Wojtek is the main author of a new paper published in J. Phys. Chem. C on hydrogen peroxide generation at liquid|liquid interfaces. This is the latest in a series of papers (e.g. 1-5) about various reactions at the interface between immiscible liquids published in collaboration with Hubert Girault’s group in Lausanne.
Reactions at liquid|liquid interfaces are interesting from a fundamental science perspective, as such interfaces exist in many technological and biological systems, but also because such reactions can be useful in industrial processes. One example could be that reactions can take place at the interface, with the reactants in one phase and the product going into the other phase, potentially saving on purification of the end product.
In this manuscript the reaction is hydrogen peroxide generation. It’s a deceptively simple reaction, but as usually the difficulties are in the details. With some 2 million tons of H2O2 produced every year, generation of hydrogen peroxide is an important industrial process and ways of lowering the cost of production could be very valuable. Girault has been investigating H2O2 generation at liquid|liquid interfaces for a long time now, experimenting with different solvents, catalysts, redox probes, etc. In this paper we have looked at what is likely the simplest possible* biphasic system for H2O2 generation, since it contains only the solvents, the reactants (in this case dissolved oxygen and protons from an acidic solution), and an electron donor (DMFc). DMFc gives off an electron to compensate for the positive charge of the protons to create the neutral H2O2 molecule. Without this donor the system doesn’t work. So, removing any of the components would stop the H2O2 generation, which is why we consider this as the simplest system for this process. However, it’s slow and not very efficient, so from an industry perspective finding a good, cheap and reusable catalyst is still necessary.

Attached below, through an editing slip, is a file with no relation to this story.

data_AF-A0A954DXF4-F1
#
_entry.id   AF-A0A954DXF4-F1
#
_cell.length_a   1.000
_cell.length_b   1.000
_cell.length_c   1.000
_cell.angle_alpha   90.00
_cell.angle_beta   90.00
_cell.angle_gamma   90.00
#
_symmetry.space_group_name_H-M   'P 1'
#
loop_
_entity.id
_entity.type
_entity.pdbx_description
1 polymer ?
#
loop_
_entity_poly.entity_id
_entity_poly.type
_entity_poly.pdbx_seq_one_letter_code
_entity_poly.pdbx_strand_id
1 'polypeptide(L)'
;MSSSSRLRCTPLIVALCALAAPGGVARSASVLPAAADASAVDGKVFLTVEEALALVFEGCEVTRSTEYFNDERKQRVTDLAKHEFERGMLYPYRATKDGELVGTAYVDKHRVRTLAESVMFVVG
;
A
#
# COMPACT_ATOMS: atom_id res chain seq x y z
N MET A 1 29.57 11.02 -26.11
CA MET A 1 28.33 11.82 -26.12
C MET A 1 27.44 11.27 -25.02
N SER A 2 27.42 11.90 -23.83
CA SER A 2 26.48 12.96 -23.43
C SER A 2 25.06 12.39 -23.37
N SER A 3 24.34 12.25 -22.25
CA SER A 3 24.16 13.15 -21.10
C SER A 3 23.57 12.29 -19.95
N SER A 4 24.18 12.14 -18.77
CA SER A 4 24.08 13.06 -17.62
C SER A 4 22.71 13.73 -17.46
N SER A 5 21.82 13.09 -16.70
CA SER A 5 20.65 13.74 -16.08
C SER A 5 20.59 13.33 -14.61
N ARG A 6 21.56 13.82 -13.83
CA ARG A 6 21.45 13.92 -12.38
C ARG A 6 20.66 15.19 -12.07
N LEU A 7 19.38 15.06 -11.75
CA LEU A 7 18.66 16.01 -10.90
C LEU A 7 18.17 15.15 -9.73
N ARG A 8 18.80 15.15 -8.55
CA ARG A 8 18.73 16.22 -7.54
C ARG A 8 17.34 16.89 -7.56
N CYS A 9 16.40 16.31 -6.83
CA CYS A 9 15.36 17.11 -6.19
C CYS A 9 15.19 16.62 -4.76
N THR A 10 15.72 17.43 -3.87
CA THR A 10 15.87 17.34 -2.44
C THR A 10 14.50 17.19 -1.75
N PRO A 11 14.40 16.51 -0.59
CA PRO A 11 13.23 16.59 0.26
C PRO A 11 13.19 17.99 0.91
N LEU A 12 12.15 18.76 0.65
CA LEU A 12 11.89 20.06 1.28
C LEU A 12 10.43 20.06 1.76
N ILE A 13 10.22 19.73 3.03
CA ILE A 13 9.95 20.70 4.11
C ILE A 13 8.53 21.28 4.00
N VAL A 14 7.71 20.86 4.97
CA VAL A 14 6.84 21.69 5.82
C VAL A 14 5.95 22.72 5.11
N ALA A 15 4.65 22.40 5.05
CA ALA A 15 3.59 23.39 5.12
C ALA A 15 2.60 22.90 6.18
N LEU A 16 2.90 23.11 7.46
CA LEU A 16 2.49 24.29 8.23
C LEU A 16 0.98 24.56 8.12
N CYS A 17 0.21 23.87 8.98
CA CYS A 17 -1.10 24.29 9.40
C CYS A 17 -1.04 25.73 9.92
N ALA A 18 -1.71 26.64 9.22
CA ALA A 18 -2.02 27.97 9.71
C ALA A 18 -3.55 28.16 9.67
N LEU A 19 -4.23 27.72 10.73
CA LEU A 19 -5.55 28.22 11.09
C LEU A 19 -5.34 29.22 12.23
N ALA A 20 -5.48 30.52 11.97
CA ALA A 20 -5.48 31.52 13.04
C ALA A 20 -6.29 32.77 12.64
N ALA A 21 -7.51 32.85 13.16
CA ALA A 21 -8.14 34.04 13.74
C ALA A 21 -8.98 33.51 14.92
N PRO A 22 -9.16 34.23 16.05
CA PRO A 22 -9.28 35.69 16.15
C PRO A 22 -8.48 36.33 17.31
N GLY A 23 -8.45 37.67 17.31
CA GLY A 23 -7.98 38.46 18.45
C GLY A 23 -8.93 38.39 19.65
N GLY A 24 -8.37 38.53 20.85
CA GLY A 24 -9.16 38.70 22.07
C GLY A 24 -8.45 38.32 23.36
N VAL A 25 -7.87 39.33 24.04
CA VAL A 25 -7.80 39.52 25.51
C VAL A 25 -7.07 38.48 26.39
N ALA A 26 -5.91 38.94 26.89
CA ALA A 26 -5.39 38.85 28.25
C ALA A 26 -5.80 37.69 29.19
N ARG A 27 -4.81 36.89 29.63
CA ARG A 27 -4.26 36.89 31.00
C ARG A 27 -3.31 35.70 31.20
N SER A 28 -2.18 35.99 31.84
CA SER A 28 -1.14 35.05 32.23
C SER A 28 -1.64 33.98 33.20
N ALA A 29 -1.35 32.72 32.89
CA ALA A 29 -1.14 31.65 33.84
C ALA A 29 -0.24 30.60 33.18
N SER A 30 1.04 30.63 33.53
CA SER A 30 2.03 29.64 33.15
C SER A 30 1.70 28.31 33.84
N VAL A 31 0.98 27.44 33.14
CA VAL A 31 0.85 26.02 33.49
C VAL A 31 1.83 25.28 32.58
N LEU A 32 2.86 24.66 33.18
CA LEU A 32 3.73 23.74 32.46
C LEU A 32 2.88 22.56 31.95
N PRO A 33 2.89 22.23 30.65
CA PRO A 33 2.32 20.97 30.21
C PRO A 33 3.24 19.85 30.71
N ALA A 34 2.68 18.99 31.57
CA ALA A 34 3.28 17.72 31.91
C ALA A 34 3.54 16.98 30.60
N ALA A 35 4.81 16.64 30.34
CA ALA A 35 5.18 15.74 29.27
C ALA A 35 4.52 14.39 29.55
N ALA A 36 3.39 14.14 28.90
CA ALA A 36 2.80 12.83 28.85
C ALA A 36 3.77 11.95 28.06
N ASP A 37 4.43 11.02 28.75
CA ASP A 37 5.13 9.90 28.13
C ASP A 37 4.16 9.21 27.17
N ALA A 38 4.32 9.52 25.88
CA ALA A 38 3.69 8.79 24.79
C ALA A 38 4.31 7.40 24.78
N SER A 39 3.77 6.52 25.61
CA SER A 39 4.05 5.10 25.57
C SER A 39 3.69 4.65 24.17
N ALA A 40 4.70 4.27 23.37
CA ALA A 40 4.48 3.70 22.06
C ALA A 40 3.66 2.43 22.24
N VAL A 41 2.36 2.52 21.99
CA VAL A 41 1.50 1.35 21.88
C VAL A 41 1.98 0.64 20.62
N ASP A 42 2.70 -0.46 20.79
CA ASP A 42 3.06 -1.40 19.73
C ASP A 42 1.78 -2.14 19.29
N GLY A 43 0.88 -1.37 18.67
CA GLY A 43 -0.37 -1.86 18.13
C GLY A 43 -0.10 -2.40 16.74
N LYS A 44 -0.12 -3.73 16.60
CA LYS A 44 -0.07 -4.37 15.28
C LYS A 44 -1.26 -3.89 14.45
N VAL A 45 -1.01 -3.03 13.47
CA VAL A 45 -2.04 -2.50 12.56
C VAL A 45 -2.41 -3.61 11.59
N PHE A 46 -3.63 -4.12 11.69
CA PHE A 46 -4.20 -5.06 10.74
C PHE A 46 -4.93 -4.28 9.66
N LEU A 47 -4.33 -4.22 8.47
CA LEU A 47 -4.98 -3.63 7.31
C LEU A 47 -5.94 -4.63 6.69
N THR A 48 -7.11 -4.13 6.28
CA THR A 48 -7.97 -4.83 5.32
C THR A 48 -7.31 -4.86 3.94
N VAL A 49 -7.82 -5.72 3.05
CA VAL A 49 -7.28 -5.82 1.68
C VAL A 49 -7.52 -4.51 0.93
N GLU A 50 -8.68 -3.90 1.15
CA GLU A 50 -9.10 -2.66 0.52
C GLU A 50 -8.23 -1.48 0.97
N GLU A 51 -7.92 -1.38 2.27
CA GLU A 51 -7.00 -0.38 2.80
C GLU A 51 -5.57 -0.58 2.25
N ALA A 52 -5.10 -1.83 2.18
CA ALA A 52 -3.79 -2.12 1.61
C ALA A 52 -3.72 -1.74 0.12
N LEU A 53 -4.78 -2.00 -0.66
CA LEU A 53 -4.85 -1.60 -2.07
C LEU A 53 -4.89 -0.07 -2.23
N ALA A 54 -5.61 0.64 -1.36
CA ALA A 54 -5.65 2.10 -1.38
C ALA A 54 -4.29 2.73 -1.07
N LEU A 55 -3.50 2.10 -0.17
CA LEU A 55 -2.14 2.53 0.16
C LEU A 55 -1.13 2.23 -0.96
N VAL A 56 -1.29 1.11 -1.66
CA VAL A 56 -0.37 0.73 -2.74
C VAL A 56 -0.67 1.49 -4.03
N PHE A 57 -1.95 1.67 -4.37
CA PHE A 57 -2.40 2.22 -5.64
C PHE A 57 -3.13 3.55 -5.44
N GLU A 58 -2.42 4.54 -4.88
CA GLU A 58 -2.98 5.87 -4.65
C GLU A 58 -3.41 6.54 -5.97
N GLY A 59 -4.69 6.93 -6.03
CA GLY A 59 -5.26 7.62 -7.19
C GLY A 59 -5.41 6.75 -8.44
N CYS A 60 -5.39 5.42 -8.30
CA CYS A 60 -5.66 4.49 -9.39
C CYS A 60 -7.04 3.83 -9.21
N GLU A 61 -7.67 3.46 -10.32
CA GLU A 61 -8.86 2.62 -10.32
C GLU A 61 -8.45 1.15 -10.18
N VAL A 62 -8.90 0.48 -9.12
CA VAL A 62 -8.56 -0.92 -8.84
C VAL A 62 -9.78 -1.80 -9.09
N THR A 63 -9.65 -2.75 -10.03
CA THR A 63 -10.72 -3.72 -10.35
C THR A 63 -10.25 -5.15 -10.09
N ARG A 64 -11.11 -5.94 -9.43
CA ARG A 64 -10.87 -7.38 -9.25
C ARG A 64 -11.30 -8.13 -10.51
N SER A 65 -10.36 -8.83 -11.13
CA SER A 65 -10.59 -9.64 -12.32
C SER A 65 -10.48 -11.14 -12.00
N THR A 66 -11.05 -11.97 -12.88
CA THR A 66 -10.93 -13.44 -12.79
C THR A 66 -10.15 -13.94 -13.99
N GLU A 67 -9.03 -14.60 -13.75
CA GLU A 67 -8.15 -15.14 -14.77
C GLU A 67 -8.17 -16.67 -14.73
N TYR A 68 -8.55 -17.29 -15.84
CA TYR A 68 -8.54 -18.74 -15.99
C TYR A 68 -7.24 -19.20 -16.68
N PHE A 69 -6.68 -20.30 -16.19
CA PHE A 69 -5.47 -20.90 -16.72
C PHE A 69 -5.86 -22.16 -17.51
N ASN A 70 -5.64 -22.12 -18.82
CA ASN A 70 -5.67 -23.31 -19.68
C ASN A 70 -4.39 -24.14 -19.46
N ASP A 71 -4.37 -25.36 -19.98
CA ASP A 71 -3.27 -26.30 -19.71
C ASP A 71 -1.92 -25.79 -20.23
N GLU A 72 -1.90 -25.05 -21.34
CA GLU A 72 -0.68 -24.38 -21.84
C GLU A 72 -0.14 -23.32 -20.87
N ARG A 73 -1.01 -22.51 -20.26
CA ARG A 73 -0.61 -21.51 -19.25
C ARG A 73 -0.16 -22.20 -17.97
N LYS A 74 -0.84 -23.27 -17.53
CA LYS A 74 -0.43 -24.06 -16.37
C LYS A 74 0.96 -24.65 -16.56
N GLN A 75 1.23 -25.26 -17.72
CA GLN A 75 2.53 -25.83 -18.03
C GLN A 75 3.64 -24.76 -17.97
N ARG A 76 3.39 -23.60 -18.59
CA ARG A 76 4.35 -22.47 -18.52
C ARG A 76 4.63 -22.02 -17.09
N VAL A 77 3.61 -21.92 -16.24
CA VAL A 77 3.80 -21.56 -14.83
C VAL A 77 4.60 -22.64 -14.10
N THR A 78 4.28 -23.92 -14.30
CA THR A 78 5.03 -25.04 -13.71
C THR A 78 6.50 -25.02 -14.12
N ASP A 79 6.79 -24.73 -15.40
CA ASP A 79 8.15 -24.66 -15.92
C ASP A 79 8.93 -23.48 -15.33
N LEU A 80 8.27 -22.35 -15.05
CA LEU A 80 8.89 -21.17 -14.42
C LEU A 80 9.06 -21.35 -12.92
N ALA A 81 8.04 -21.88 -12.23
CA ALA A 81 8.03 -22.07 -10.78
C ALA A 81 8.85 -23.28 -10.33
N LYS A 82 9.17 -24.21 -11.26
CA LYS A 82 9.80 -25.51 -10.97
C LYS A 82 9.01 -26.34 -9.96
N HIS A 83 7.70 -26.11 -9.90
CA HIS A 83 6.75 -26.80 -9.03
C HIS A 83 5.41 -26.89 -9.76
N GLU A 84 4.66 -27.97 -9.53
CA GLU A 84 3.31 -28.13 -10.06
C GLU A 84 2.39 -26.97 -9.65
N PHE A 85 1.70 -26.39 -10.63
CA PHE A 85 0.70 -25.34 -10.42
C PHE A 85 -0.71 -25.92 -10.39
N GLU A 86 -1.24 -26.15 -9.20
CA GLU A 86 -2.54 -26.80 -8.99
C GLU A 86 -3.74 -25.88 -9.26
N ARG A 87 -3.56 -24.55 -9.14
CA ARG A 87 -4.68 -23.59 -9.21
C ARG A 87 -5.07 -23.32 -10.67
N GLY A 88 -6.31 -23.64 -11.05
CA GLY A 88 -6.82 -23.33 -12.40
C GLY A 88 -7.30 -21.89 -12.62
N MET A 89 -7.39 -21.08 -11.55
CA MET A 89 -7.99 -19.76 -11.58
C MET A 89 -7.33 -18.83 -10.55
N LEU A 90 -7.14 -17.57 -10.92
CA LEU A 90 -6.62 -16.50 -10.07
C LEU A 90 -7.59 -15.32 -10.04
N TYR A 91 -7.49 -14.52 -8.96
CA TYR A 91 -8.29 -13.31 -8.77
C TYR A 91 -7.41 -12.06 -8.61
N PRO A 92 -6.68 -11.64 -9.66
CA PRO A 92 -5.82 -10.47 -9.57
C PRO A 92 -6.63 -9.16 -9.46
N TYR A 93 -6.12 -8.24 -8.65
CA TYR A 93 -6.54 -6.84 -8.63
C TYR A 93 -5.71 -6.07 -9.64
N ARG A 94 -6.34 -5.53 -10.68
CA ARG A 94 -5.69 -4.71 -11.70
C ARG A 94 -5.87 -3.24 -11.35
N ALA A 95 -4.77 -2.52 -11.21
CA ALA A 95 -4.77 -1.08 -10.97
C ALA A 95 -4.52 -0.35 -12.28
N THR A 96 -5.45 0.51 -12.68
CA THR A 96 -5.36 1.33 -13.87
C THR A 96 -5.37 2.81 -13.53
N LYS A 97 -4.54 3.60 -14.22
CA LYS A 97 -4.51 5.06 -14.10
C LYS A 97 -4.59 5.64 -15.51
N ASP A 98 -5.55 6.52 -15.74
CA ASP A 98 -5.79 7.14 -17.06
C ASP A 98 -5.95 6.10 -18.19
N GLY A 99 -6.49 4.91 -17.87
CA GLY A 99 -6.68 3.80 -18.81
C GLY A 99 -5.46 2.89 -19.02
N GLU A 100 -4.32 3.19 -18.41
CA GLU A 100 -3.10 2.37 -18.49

Here we used a scanning electrochemical microscope tip to detect the generated hydrogen peroxide and measure how much is created. The results from the SECM measurements were compared with some simple computer models to see if we could say something about the reaction process. We also measured the partitioning of H2O2, and found that about 3% of the peroxide escapes into the organic solution.
* The title of the manuscript was originally “The simplest liquid-liquid…”, but the editor didn’t like that.
1. Jedraszko, J., Nogala, W., Adamiak, W., Girault, H. H. & Opallo, M. Scanning electrochemical microscopy determination of hydrogen flux at liquid|liquid interface with potentiometric probe. Electrochem. commun. 43, 22–24 (2014).
2. Adamiak, W. et al. Hydrogen and Hydrogen Peroxide Formation in Trifluorotoluene–Water Biphasic Systems. J. Phys. Chem. C 118, 23154–23161 (2014).
3. Jedraszko, J. et al. Hydrogen Peroxide Generation at Liquid|Liquid Interface under Conditions Unfavorable for Proton Transfer from Aqueous to Organic Phase. J. Phys. Chem. C 117, 20681–20688 (2013).
4. Jedraszko, J. et al. Catalysis at the room temperature ionic liquid|water interface: H2O2 generation. Chem. Commun. 51, 6851–6853 (2015).
5. Hidalgo-Acosta, J. C. et al. Catalysis of water oxidation in acetonitrile by iridium oxide nanoparticles. Chem. Sci. 6, 1761–1769 (2015).
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